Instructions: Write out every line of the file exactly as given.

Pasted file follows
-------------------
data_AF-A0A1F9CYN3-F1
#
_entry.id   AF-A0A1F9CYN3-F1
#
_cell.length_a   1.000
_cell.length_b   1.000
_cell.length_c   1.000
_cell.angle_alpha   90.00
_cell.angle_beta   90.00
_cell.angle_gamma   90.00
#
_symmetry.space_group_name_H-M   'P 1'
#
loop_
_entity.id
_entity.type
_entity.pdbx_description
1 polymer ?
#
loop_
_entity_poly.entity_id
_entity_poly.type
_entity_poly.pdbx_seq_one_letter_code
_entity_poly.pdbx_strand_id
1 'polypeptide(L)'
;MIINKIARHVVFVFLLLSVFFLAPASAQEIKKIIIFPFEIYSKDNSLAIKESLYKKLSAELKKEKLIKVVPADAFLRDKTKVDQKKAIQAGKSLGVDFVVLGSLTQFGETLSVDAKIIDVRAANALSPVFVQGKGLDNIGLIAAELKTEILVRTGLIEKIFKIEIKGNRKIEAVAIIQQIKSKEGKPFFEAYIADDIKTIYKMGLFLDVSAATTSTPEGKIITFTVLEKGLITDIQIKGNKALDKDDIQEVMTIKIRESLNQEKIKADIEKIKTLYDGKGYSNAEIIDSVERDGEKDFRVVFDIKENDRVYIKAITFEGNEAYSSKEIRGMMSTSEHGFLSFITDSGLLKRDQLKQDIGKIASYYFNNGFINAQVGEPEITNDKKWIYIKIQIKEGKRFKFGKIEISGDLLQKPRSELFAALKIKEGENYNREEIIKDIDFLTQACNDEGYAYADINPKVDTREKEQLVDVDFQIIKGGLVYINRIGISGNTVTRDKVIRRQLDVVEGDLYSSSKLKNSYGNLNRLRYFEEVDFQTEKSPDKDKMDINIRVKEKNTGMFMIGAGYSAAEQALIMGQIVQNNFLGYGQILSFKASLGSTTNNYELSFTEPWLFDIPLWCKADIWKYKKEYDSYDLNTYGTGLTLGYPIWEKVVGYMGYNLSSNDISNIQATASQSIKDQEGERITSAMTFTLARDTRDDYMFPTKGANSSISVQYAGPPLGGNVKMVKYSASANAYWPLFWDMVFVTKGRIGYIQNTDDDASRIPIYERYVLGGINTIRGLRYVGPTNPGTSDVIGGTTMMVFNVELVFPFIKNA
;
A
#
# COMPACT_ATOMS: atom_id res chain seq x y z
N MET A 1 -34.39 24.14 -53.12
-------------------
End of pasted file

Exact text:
data_AF-A0A1F9CYN3-F1
#
_entry.id   AF-A0A1F9CYN3-F1
#
_cell.length_a   1.000
_cell.length_b   1.000
_cell.length_c   1.000
_cell.angle_alpha   90.00
_cell.angle_beta   90.00
_cell.angle_gamma   90.00
#
_symmetry.space_group_name_H-M   'P 1'
#
loop_
_entity.id
_entity.type
_entity.pdbx_description
1 polymer ?
#
loop_
_entity_poly.entity_id
_entity_poly.type
_entity_poly.pdbx_seq_one_letter_code
_entity_poly.pdbx_strand_id
1 'polypeptide(L)'
;MIINKIARHVVFVFLLLSVFFLAPASAQEIKKIIIFPFEIYSKDNSLAIKESLYKKLSAELKKEKLIKVVPADAFLRDKTKVDQKKAIQAGKSLGVDFVVLGSLTQFGETLSVDAKIIDVRAANALSPVFVQGKGLDNIGLIAAELKTEILVRTGLIEKIFKIEIKGNRKIEAVAIIQQIKSKEGKPFFEAYIADDIKTIYKMGLFLDVSAATTSTPEGKIITFTVLEKGLITDIQIKGNKALDKDDIQEVMTIKIRESLNQEKIKADIEKIKTLYDGKGYSNAEIIDSVERDGEKDFRVVFDIKENDRVYIKAITFEGNEAYSSKEIRGMMSTSEHGFLSFITDSGLLKRDQLKQDIGKIASYYFNNGFINAQVGEPEITNDKKWIYIKIQIKEGKRFKFGKIEISGDLLQKPRSELFAALKIKEGENYNREEIIKDIDFLTQACNDEGYAYADINPKVDTREKEQLVDVDFQIIKGGLVYINRIGISGNTVTRDKVIRRQLDVVEGDLYSSSKLKNSYGNLNRLRYFEEVDFQTEKSPDKDKMDINIRVKEKNTGMFMIGAGYSAAEQALIMGQIVQNNFLGYGQILSFKASLGSTTNNYELSFTEPWLFDIPLWCKADIWKYKKEYDSYDLNTYGTGLTLGYPIWEKVVGYMGYNLSSNDISNIQATASQSIKDQEGERITSAMTFTLARDTRDDYMFPTKGANSSISVQYAGPPLGGNVKMVKYSASANAYWPLFWDMVFVTKGRIGYIQNTDDDASRIPIYERYVLGGINTIRGLRYVGPTNPGTSDVIGGTTMMVFNVELVFPFIKNA
;
A
#
# COMPACT_ATOMS: atom_id res chain seq x y z
N MET A 1 -34.39 24.14 -53.12